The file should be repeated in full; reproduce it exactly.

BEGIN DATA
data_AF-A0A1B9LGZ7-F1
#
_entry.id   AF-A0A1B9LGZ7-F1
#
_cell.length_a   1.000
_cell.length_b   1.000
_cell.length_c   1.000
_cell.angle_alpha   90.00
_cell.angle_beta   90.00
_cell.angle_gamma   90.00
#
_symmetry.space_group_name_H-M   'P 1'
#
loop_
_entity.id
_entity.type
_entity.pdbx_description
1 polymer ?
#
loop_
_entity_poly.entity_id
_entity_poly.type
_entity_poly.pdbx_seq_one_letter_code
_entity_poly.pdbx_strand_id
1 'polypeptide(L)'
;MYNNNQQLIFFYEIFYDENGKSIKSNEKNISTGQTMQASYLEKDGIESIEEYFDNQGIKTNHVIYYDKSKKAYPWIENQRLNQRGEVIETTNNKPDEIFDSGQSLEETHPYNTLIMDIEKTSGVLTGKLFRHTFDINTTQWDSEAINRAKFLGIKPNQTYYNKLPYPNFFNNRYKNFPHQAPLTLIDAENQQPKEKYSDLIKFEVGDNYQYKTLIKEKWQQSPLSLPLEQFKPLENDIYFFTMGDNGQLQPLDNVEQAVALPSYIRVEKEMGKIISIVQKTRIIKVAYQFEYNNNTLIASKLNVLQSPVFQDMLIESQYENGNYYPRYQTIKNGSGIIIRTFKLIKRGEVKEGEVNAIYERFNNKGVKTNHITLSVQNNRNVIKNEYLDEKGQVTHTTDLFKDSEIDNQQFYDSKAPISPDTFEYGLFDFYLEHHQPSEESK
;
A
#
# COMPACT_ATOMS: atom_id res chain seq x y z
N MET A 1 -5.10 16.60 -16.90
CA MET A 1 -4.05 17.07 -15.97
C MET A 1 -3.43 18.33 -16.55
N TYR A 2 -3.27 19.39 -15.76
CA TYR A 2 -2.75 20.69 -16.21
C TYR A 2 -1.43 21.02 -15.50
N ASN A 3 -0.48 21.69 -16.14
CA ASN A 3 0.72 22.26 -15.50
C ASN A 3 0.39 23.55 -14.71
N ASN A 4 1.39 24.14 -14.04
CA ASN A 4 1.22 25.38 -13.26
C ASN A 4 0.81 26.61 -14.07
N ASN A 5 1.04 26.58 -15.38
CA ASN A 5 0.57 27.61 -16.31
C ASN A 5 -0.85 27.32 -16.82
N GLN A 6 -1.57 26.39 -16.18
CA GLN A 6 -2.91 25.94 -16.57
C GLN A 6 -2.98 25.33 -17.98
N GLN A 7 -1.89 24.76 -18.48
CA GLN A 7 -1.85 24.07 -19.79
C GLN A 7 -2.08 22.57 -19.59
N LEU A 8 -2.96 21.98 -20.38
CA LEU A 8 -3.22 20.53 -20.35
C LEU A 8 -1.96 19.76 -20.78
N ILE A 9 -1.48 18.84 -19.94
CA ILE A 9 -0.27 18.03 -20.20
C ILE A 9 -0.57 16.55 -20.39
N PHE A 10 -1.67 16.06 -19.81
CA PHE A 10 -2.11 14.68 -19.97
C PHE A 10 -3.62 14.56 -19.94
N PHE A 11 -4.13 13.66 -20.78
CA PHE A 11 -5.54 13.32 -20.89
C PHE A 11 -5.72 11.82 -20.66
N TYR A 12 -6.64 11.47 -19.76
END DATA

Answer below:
data_AF-A0A1B9LGZ7-F1
#
_entry.id   AF-A0A1B9LGZ7-F1
#
_cell.length_a   1.000
_cell.length_b   1.000
_cell.length_c   1.000
_cell.angle_alpha   90.00
_cell.angle_beta   90.00
_cell.angle_gamma   90.00
#
_symmetry.space_group_name_H-M   'P 1'
#
loop_
_entity.id
_entity.type
_entity.pdbx_description
1 polymer ?
#
loop_
_entity_poly.entity_id
_entity_poly.type
_entity_poly.pdbx_seq_one_letter_code
_entity_poly.pdbx_strand_id
1 'polypeptide(L)'
;MYNNNQQLIFFYEIFYDENGKSIKSNEKNISTGQTMQASYLEKDGIESIEEYFDNQGIKTNHVIYYDKSKKAYPWIENQRLNQRGEVIETTNNKPDEIFDSGQSLEETHPYNTLIMDIEKTSGVLTGKLFRHTFDINTTQWDSEAINRAKFLGIKPNQTYYNKLPYPNFFNNRYKNFPHQAPLTLIDAENQQPKEKYSDLIKFEVGDNYQYKTLIKEKWQQSPLSLPLEQFKPLENDIYFFTMGDNGQLQPLDNVEQAVALPSYIRVEKEMGKIISIVQKTRIIKVAYQFEYNNNTLIASKLNVLQSPVFQDMLIESQYENGNYYPRYQTIKNGSGIIIRTFKLIKRGEVKEGEVNAIYERFNNKGVKTNHITLSVQNNRNVIKNEYLDEKGQVTHTTDLFKDSEIDNQQFYDSKAPISPDTFEYGLFDFYLEHHQPSEESK
;
A
#
# COMPACT_ATOMS: atom_id res chain seq x y z
N MET A 1 -5.10 16.60 -16.90
CA MET A 1 -4.05 17.07 -15.97
C MET A 1 -3.43 18.33 -16.55
N TYR A 2 -3.27 19.39 -15.76
CA TYR A 2 -2.75 20.69 -16.21
C TYR A 2 -1.43 21.02 -15.50
N ASN A 3 -0.48 21.69 -16.14
CA ASN A 3 0.72 22.26 -15.50
C ASN A 3 0.39 23.55 -14.71
N ASN A 4 1.39 24.14 -14.04
CA ASN A 4 1.22 25.38 -13.26
C ASN A 4 0.81 26.61 -14.07
N ASN A 5 1.04 26.58 -15.38
CA ASN A 5 0.57 27.61 -16.31
C ASN A 5 -0.85 27.32 -16.82
N GLN A 6 -1.57 26.39 -16.18
CA GLN A 6 -2.91 25.94 -16.57
C GLN A 6 -2.98 25.33 -17.98
N GLN A 7 -1.89 24.76 -18.48
CA GLN A 7 -1.85 24.07 -19.79
C GLN A 7 -2.08 22.57 -19.59
N LEU A 8 -2.96 21.98 -20.38
CA LEU A 8 -3.22 20.53 -20.35
C LEU A 8 -1.96 19.76 -20.78
N ILE A 9 -1.48 18.84 -19.94
CA ILE A 9 -0.27 18.03 -20.20
C ILE A 9 -0.57 16.55 -20.39
N PHE A 10 -1.67 16.06 -19.81
CA PHE A 10 -2.11 14.68 -19.97
C PHE A 10 -3.62 14.56 -19.94
N PHE A 11 -4.13 13.66 -20.78
CA PHE A 11 -5.54 13.32 -20.89
C PHE A 11 -5.72 11.82 -20.66
N TYR A 12 -6.64 11.47 -19.76